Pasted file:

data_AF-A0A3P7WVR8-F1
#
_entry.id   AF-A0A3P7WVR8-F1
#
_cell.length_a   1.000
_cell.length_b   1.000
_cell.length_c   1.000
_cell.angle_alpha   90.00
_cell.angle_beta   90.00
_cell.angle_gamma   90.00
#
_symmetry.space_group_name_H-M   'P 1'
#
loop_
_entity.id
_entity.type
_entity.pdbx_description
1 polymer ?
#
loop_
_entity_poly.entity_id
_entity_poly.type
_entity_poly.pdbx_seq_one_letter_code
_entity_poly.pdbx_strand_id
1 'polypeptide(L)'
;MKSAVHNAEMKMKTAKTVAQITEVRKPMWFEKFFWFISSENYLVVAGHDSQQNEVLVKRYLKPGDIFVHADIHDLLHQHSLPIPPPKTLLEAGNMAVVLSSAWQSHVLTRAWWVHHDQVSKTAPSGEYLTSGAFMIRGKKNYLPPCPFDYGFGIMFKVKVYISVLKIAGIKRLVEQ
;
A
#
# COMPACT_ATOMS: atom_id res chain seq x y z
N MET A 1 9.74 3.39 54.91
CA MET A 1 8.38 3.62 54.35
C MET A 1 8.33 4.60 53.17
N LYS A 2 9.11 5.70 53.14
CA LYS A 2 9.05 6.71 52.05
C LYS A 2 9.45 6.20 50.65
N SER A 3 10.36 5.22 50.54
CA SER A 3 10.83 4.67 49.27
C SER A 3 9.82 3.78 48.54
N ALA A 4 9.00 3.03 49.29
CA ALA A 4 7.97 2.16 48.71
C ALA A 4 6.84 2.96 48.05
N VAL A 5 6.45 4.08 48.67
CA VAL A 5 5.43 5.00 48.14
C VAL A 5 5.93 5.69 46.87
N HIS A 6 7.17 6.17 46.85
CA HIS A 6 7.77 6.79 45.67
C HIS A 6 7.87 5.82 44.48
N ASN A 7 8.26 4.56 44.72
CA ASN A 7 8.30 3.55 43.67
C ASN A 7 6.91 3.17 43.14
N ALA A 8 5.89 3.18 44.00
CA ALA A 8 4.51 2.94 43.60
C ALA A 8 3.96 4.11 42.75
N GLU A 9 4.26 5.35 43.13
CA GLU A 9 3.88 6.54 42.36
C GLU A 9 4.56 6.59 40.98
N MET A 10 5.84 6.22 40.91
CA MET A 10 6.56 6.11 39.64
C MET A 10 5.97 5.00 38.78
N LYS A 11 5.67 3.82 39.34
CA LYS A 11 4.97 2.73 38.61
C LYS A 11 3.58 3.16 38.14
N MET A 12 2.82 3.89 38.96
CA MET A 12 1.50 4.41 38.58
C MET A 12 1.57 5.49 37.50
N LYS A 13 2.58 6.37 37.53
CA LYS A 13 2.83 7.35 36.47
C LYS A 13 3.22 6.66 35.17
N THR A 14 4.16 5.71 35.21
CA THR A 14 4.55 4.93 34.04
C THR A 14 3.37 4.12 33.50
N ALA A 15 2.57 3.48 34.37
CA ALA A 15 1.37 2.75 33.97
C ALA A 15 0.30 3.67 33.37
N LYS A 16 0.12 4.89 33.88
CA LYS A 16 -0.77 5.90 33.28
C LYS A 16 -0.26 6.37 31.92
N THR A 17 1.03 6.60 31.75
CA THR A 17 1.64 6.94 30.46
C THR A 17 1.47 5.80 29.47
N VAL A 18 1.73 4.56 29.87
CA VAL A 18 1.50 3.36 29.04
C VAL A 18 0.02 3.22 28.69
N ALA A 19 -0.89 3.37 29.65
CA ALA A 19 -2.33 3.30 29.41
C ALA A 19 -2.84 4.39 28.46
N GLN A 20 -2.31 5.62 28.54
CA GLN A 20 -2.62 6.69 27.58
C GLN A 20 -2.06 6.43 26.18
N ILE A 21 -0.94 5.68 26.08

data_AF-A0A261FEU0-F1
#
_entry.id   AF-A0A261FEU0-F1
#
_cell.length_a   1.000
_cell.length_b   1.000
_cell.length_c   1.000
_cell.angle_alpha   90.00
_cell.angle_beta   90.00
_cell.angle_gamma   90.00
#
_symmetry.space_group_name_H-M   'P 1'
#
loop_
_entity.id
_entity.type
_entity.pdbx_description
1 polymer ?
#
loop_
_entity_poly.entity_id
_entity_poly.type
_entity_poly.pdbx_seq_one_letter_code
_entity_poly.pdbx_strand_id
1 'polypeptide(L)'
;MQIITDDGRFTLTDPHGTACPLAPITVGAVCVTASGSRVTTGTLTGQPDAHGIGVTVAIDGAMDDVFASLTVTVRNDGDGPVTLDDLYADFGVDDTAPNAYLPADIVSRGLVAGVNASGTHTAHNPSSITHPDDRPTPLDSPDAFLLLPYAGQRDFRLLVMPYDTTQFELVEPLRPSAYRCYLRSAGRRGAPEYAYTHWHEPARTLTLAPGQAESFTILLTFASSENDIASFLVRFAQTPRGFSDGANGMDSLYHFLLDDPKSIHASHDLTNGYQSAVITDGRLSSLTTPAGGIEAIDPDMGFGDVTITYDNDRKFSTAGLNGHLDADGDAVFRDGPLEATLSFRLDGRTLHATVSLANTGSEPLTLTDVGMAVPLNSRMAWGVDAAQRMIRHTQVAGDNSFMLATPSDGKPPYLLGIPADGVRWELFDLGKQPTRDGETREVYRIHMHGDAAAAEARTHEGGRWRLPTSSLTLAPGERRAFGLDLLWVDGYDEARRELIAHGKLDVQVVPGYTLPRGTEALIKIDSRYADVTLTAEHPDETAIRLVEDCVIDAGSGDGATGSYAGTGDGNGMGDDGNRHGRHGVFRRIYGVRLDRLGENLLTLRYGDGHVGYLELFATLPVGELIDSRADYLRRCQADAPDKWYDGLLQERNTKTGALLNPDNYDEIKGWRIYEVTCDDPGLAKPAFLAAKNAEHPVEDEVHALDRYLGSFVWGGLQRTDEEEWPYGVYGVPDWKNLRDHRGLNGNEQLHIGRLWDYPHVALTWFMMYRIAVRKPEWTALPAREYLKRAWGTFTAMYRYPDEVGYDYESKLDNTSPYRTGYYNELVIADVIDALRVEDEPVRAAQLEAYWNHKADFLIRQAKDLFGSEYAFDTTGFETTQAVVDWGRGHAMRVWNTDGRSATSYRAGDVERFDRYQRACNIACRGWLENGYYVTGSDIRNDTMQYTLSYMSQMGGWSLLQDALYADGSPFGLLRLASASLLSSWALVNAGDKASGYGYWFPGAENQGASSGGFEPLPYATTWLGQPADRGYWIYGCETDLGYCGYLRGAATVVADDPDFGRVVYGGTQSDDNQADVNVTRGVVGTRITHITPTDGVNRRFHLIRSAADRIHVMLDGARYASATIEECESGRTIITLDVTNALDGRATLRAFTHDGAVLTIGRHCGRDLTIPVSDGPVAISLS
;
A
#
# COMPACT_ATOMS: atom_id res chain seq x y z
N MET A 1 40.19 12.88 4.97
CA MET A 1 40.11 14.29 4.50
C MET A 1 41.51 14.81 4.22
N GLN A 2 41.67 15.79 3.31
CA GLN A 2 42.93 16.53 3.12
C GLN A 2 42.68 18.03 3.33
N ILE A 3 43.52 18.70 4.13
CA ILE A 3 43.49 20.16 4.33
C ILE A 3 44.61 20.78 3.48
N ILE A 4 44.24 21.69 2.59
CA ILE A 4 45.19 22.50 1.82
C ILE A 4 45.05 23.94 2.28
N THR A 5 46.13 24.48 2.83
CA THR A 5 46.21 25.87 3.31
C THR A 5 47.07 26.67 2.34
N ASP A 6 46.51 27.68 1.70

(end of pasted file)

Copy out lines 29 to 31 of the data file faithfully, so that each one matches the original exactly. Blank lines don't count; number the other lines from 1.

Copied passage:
#
# COMPACT_ATOMS: atom_id res chain seq x y z
N MET A 1 9.74 3.39 54.91